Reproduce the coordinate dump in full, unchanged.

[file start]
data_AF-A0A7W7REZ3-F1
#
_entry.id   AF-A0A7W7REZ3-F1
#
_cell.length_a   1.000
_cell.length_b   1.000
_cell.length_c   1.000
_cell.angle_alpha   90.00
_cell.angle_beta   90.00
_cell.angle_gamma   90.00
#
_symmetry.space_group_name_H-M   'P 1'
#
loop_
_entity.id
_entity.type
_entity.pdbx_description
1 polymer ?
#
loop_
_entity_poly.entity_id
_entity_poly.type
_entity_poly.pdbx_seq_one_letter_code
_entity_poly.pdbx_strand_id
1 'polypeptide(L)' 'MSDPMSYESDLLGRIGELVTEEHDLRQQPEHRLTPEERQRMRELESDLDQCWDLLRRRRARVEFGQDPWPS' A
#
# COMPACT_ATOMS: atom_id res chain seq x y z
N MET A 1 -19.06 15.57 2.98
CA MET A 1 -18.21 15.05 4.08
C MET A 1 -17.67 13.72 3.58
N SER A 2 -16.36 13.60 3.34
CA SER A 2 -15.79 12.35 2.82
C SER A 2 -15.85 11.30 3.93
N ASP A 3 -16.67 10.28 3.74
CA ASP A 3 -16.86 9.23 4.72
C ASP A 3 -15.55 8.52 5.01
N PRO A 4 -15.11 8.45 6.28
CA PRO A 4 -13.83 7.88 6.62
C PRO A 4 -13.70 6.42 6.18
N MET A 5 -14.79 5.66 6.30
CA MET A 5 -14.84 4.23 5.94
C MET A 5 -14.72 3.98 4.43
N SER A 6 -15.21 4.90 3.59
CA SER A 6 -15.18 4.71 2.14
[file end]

data_AF-A0A7W7REZ3-F1
#
_entry.id   AF-A0A7W7REZ3-F1
#
_cell.length_a   1.000
_cell.length_b   1.000
_cell.length_c   1.000
_cell.angle_alpha   90.00
_cell.angle_beta   90.00
_cell.angle_gamma   90.00
#
_symmetry.space_group_name_H-M   'P 1'
#
loop_
_entity.id
_entity.type
_entity.pdbx_description
1 polymer ?
#
loop_
_entity_poly.entity_id
_entity_poly.type
_entity_poly.pdbx_seq_one_letter_code
_entity_poly.pdbx_strand_id
1 'polypeptide(L)' 'MSDPMSYESDLLGRIGELVTEEHDLRQQPEHRLTPEERQRMRELESDLDQCWDLLRRRRARVEFGQDPWPS' A
#
# COMPACT_ATOMS: atom_id res chain seq x y z
N MET A 1 -19.06 15.57 2.98
CA MET A 1 -18.21 15.05 4.08
C MET A 1 -17.67 13.72 3.58
N SER A 2 -16.36 13.60 3.34
CA SER A 2 -15.79 12.35 2.82
C SER A 2 -15.85 11.30 3.93
N ASP A 3 -16.67 10.28 3.74
CA ASP A 3 -16.86 9.23 4.72
C ASP A 3 -15.55 8.52 5.01
N PRO A 4 -15.11 8.45 6.28
CA PRO A 4 -13.83 7.88 6.62
C PRO A 4 -13.70 6.42 6.18
N MET A 5 -14.79 5.66 6.30
CA MET A 5 -14.84 4.23 5.94
C MET A 5 -14.72 3.98 4.43
N SER A 6 -15.21 4.90 3.59
CA SER A 6 -15.18 4.71 2.14